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Itaewon: What is a Crowd Crush and How to Avoid It

Before Saturday night, the narrow streets of Itaewon, a popular nightlife district of Seoul, South Korea, were known to attract revelers and tourists.

Today, Itaewon’s narrow lanes are associated with a tragic event that claimed many lives and saw more than 150 people die and more than 100 injured while trying to enjoy Halloween celebrations.

Itaewon is a popular Halloween shopping destination and is lined with bars, clubs and restaurants that have opened for the first mask-free celebration in two years.

Thousands of people entered the neighborhood and by 10 p.m. the narrow streets were packed.

Several videos posted on social media platforms from the scene during the crushing of the crowd show people tightly packed together with no room for manoeuvre.

Witnesses told The Associated Press the crowd quickly turned chaotic and deadly as people were trapped for 40 minutes. In some places, people rolled over and found themselves stacked like dominoes.

Rescuers were overwhelmed by the number of recovered bodies and were calling on the crowd to help administer CPR, witness Ken Fallas told the AP.

South Korean officials admitted wrongdoing and issued an apology on Tuesday. An initial police investigation found that police did not respond effectively to phone calls for help, the AP reported on Tuesday.

Experts who have studied public safety and the issue of crowd crushes for decades say a multitude of factors contribute to events going horribly wrong like Itaewon, and there are many things that could have been done about it. advance to prevent such a catastrophe. spoke with several scholars whose research focuses on crowd crushes and surges about what happened in Itaewon, how crowds can be managed safely, and how to protect themselves.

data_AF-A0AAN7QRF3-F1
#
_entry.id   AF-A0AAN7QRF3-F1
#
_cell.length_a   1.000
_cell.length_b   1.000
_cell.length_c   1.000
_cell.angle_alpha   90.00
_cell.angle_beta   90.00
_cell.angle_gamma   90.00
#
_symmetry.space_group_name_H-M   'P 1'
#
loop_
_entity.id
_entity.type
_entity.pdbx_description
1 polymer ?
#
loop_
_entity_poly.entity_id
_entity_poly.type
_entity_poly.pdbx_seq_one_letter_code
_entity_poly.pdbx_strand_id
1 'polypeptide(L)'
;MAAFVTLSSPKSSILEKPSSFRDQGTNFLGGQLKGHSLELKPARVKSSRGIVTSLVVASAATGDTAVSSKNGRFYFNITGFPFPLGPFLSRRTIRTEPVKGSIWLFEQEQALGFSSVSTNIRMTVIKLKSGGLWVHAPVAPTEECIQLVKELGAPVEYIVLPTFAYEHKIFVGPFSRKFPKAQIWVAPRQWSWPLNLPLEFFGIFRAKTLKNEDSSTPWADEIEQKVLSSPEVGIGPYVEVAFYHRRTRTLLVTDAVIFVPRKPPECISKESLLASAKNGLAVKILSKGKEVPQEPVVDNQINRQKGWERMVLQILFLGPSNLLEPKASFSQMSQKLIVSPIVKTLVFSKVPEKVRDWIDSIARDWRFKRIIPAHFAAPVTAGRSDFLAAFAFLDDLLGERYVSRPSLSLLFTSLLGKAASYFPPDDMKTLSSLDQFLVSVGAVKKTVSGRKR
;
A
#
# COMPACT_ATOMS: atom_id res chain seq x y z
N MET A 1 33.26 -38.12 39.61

A crowd crush can happen when there is immense overcrowding and the density increases to the point that getting out is almost impossible, said G Keith Still, visiting professor of crowd science at the University of Suffolk in England.

“A high-density drop can have these catastrophic consequences,” Still said. Injuries in crowding incidents are not entirely unusual, sometimes they can become more extreme, such as in Itaewon, he said.

“Unfortunately for some people, the first time they experience [a crowd crush], it’s too late for them to do anything. It doesn’t have to do with the number of people, it has to do with exposure to high density,” he explained.

Always said that if asked to do a risk assessment of Itaewon, he would have immediately said “there are a finite number of people who can fit into this space”.

The problem with Itaewon’s popularity in this case is that the neighborhood is made up of narrow streets and alleys that connect, providing little space for what has become a large number of people, said Ali Asgary, a professor at York University and an expert in disaster, emergency management and business continuity.

“There was no event management there or a crowd management system. It all led to this unfortunate event,” he said.


A risk assessment would involve looking at the space, seeing the routes people can take and understanding who is attending the event and their motivations, then implementing countermeasures to avoid a crowd crush, a said Still.

“The way I compare it is to a tachometer on a car. There’s a red line. If you rev ​​the engine above the red line, it’s going to explode. It’s the same as the density of the crowd – you have to keep the crowd below that density in order to keep it moving,” he said.

Gil Fried, a professor at the University of West Florida in the Department of Administration and Law, said the first thing that jumped out at him about Itaewon was the area’s appearance and the way the alleyways are surrounded by walls.

“Barricades or anything that’s constricting people and pinning them down, that’s going to be a concern,” he said.

Another problem, highlighted at a cabinet meeting on Tuesday by President Yoon Suk Yeol, is that South Korea lacks crowd management resources. Police told reporters that only 137 officers were in the area that night, when as many as 100,000 people arrived to celebrate Halloween.

Although this is more officers than in 2017 to 2019, when only 34 to 90 officers were assigned to the area, police acknowledged that the officers were primarily tasked with dealing with crime and drug abuse, not to control crowds.